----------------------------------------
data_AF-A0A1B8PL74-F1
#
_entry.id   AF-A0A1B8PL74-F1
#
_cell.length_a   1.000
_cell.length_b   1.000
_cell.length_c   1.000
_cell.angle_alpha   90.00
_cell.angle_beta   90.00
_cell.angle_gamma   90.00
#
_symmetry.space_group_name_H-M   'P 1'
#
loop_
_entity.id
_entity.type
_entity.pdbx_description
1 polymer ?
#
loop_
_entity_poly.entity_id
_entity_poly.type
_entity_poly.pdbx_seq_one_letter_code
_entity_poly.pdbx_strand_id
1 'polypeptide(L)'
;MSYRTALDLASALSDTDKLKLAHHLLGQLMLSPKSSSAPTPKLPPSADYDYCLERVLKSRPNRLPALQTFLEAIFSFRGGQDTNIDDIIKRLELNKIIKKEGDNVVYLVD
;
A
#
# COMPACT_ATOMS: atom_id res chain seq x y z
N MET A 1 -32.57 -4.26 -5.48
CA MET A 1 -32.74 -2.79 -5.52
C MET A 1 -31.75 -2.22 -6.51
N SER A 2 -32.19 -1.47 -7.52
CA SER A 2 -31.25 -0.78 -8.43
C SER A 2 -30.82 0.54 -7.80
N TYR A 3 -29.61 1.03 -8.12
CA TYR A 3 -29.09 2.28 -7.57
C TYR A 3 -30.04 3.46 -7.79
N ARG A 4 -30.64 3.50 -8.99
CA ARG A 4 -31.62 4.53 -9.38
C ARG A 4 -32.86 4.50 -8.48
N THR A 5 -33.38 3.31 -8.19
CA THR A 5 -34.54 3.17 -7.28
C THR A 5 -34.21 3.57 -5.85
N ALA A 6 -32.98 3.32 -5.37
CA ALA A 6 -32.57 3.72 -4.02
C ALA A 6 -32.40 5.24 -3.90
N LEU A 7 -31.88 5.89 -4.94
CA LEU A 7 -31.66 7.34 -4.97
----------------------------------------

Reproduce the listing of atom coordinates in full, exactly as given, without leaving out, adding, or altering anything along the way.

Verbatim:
data_AF-A0A1B8PL74-F1
#
_entry.id   AF-A0A1B8PL74-F1
#
_cell.length_a   1.000
_cell.length_b   1.000
_cell.length_c   1.000
_cell.angle_alpha   90.00
_cell.angle_beta   90.00
_cell.angle_gamma   90.00
#
_symmetry.space_group_name_H-M   'P 1'
#
loop_
_entity.id
_entity.type
_entity.pdbx_description
1 polymer ?
#
loop_
_entity_poly.entity_id
_entity_poly.type
_entity_poly.pdbx_seq_one_letter_code
_entity_poly.pdbx_strand_id
1 'polypeptide(L)'
;MSYRTALDLASALSDTDKLKLAHHLLGQLMLSPKSSSAPTPKLPPSADYDYCLERVLKSRPNRLPALQTFLEAIFSFRGGQDTNIDDIIKRLELNKIIKKEGDNVVYLVD
;
A
#
# COMPACT_ATOMS: atom_id res chain seq x y z
N MET A 1 -32.57 -4.26 -5.48
CA MET A 1 -32.74 -2.79 -5.52
C MET A 1 -31.75 -2.22 -6.51
N SER A 2 -32.19 -1.47 -7.52
CA SER A 2 -31.25 -0.78 -8.43
C SER A 2 -30.82 0.54 -7.80
N TYR A 3 -29.61 1.03 -8.12
CA TYR A 3 -29.09 2.28 -7.57
C TYR A 3 -30.04 3.46 -7.79
N ARG A 4 -30.64 3.50 -8.99
CA ARG A 4 -31.62 4.53 -9.38
C ARG A 4 -32.86 4.50 -8.48
N THR A 5 -33.38 3.31 -8.19
CA THR A 5 -34.54 3.17 -7.28
C THR A 5 -34.21 3.57 -5.85
N ALA A 6 -32.98 3.32 -5.37
CA ALA A 6 -32.57 3.72 -4.02
C ALA A 6 -32.40 5.24 -3.90
N LEU A 7 -31.88 5.89 -4.94
CA LEU A 7 -31.66 7.34 -4.97